Being an avid angler for over 60 years, I truly enjoy the numerous fishing programs that we have available on cable television today. From the WPTS, tarpon tournaments in Boca Grand pass, to Extreme Fishing, Fishing the Flats, and many more, all are entertaining, educational and fun to watch. The videography and the fishing action is usually quality, and the story lines enjoyable. The modern technologies that allow these shows to be broadcast are truly a marvel.
Having fished in some of the same locations and having caught many of the species shown, these type shows bring back fond memories.
Today, with the internet, we have numerous blogs, You Tube videos, and photo galleries of fishing from around the world. Someone makes a nice catch, and within moments, people around the world have a pic or a video of the action, and a blog describing the fight. We live in great times
Having begun my fishing adventures in the freshwater lakes and canals of south Florida at 4 years old, catching bream, shell cracker, catfish, and bass with my Grand Daddy over 60 years ago, I have been blessed with a long life of fond memories, on the water pursuing the fight of a hungry fish. When your career has taken you to the professional ranks of Big Game offshore blue marlin and giant blue fin tunas, you realize that most anglers only get to dream of such experiences.
Thinking of days gone by, the memories are sweet.
When sitting in a bucket harness, with a 12/0 Fin Nor – 2 speed reel on a 130lb curved butt rod, tied to the chair gimbel of the Rybovich fighting chair, (to keep it in the boat), between your legs, you realize, this is a “Big Game” pursuit. The tuna fish pushing down sea behind your bait are 10 to 12 feet long and weight 500+ lbs each. One just boiled on your bait, and you wait!- He’s coming back again. He explodes on your mackerel and yanks you in the air. The 130lb green spot dacron line screams off the reel, and the fight of your life begins. Those were times at Bimini, Cat Cay and West End Grand Bahama at tuna time.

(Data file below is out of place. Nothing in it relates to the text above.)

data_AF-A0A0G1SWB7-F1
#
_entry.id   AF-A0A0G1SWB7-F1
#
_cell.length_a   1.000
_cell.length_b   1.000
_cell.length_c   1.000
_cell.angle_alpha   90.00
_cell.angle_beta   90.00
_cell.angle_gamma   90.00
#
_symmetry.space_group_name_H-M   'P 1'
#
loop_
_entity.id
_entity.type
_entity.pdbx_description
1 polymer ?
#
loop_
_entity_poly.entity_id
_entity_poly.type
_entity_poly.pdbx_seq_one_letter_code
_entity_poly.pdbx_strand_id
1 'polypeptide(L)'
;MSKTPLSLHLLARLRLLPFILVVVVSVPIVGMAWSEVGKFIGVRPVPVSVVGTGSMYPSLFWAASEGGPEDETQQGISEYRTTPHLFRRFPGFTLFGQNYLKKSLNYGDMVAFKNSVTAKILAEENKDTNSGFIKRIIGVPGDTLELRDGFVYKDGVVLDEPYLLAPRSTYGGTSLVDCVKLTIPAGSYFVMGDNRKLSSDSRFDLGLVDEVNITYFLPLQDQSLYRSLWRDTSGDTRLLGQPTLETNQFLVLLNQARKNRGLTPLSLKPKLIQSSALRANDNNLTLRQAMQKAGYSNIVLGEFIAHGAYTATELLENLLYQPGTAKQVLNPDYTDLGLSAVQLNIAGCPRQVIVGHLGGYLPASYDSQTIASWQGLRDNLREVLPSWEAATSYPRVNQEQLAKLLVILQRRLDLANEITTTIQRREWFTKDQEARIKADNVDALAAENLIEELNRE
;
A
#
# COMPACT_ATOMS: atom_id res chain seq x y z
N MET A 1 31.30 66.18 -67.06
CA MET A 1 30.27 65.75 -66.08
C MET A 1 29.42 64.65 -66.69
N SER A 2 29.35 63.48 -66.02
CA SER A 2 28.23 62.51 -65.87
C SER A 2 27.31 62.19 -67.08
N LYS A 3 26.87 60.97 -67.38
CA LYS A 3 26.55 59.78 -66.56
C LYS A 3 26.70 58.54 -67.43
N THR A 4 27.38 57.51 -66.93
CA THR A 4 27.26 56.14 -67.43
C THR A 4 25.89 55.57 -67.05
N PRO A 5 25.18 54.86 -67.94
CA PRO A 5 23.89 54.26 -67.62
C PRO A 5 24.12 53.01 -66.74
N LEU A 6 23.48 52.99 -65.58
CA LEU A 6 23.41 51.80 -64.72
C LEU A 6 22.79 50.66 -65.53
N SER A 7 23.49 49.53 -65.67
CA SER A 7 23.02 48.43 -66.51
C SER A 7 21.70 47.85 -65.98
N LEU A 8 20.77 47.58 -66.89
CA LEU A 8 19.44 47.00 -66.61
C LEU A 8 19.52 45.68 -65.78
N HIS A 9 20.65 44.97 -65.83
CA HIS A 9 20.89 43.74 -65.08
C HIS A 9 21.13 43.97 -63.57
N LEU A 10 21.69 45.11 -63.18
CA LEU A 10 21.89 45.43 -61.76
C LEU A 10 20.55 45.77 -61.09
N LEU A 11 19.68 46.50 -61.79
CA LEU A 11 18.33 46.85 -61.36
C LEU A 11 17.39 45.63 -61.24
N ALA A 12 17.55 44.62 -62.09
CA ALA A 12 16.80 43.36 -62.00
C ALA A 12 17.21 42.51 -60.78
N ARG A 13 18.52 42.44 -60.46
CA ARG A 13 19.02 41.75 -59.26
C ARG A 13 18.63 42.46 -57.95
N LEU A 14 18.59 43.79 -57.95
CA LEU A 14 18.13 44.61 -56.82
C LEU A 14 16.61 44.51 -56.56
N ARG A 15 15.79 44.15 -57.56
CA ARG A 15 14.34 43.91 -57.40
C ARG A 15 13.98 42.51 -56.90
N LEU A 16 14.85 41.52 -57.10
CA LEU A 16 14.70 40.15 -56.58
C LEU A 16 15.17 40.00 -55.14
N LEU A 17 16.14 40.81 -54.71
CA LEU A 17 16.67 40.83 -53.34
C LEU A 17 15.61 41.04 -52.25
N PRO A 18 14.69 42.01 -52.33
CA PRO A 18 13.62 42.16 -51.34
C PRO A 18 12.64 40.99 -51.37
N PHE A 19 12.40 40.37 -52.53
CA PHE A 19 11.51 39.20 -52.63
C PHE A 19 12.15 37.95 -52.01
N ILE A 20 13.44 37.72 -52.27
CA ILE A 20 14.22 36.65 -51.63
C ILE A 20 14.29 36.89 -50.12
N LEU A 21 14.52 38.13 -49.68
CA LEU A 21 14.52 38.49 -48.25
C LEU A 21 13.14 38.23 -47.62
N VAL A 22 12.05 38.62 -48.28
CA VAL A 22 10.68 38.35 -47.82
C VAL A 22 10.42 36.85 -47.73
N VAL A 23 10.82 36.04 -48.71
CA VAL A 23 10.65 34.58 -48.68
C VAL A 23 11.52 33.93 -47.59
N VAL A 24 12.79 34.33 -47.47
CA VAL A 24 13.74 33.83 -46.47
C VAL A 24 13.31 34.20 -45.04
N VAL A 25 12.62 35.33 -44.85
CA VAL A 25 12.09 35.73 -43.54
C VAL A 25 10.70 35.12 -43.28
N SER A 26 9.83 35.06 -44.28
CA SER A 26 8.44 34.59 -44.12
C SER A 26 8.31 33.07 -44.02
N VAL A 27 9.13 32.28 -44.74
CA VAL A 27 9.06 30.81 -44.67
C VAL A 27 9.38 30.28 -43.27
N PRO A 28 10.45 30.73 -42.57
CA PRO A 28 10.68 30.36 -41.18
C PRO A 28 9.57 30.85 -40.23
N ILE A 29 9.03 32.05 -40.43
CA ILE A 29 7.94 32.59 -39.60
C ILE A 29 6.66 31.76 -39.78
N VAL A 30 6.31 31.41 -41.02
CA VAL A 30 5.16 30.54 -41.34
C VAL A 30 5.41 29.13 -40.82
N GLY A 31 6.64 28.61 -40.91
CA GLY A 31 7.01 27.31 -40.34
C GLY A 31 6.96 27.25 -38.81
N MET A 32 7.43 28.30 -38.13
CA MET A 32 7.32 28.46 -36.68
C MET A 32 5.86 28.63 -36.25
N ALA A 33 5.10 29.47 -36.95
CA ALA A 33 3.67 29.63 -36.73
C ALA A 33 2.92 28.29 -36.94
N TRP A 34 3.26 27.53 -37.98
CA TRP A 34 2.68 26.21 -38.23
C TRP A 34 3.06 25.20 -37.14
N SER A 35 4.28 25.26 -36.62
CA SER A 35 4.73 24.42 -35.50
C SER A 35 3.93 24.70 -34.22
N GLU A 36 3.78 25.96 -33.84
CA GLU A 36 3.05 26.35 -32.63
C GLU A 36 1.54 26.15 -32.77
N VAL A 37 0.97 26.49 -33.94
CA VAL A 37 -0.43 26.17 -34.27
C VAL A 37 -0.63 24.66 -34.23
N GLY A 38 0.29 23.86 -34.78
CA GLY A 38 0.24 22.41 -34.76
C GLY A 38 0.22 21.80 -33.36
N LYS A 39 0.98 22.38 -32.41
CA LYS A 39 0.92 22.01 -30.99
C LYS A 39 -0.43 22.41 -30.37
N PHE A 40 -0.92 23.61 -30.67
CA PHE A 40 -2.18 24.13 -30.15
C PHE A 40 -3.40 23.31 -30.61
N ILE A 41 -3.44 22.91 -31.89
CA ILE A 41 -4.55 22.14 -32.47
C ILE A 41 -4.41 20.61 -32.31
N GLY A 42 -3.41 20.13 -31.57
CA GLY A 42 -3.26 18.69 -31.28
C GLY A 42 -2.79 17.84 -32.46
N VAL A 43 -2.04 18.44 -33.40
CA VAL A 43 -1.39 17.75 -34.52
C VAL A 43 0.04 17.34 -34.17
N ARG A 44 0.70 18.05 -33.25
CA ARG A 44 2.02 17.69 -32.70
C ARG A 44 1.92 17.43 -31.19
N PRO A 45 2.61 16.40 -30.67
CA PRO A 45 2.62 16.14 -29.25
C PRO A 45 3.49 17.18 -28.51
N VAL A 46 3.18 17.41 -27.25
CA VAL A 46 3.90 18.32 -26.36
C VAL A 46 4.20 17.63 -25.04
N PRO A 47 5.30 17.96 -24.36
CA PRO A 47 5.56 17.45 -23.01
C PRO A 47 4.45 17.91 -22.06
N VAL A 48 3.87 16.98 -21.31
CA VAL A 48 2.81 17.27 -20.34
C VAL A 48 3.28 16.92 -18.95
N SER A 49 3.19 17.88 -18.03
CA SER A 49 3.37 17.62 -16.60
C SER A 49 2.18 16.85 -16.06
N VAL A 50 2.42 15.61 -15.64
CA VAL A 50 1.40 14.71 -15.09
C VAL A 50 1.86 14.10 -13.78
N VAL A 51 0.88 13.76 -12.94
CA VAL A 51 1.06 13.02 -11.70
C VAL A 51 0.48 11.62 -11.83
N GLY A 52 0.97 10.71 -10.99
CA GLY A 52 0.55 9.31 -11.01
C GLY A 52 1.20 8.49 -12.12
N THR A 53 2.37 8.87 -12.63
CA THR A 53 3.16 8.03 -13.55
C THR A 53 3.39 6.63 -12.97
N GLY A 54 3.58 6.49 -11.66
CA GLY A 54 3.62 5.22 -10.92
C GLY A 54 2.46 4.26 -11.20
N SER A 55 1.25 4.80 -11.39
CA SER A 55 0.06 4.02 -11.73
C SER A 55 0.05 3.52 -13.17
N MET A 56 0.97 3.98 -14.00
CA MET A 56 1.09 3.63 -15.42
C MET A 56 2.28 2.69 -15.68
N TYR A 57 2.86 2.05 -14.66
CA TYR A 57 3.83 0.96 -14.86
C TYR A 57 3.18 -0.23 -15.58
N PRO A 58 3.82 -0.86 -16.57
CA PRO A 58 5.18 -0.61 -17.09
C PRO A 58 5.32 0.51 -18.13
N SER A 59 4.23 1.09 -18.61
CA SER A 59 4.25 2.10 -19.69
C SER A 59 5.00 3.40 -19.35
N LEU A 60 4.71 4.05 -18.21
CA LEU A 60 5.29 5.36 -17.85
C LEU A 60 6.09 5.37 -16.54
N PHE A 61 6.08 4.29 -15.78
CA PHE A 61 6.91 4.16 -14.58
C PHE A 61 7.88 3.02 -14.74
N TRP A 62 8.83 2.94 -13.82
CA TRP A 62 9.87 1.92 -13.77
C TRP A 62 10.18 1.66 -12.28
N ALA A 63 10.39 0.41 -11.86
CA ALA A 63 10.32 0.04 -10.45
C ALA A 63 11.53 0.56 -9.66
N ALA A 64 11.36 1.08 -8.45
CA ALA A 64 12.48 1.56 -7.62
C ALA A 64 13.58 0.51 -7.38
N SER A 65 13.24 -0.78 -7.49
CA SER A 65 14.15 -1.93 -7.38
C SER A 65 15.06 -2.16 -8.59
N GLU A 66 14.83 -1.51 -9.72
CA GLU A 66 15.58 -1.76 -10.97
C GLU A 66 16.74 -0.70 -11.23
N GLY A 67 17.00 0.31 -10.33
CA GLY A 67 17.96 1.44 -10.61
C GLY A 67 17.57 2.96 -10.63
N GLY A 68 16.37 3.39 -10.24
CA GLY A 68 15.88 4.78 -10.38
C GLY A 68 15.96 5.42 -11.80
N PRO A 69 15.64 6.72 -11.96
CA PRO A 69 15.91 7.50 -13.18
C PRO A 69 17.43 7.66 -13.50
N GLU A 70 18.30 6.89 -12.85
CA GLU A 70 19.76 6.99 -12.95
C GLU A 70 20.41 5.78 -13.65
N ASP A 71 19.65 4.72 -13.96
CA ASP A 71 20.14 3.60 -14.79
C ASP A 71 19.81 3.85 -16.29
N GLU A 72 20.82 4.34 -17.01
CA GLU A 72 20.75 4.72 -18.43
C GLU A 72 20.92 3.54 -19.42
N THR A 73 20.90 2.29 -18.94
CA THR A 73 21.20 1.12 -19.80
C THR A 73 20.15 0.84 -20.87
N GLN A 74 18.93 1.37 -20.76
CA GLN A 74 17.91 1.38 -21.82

In the “old days” of tournament fishing, if we did not put the Big fish on the scales, they did not count. Before wind on leaders, when our swivels tipped the rod, the fish was still 30 feet behind the boat. As mates, we lived to be the wire man. Wearing two pairs of cotton gloves, one inside the other, you got the great privilege to reach out and begin taking wraps on the .035 wire, or 300 lb. mono leader. It was just you and that 500 or 600 lb.+ blue marlin, tuna fish, or bull shark on the other end. When you were able to wire him within reach, the second mate, or captain stuck him with a 12″ meat hook, fastened to a fly gaff. Most often, he exploded with one more attempt to escape, with you holding on to three wraps of leader material around your hand. Great memories of days gone by.
I think of the days on the flats of the Bahamas, or Florida keys, with family and friends, catching yellow tails, muttons, grouper, sharks, cudas, permits and more. I cherish the days as a mate on head boats with a full rail of anglers and boating 300 to 400 kingfish in a half day trip.
Getting to Fish many of the top tournament anglers in the world at the time, like Jojo Delgerico, Dave Carpenter, and Annie Kunkel, I consider a true blessing. To watch Jojo fight a sailfish on 20lb. line, with barbless hooks, in 12 foot seas, and release him in less than 2 minutes was something to watch. He was a true “Master Angler” of the trade.
I not only thank God for many great memories, but I would like to thank those that film, produce, broadcast and post the many great shows, galleries and blogs that we can enjoy today. Thanks for the technology that makes it all possible.
Captain Mickey Oliphant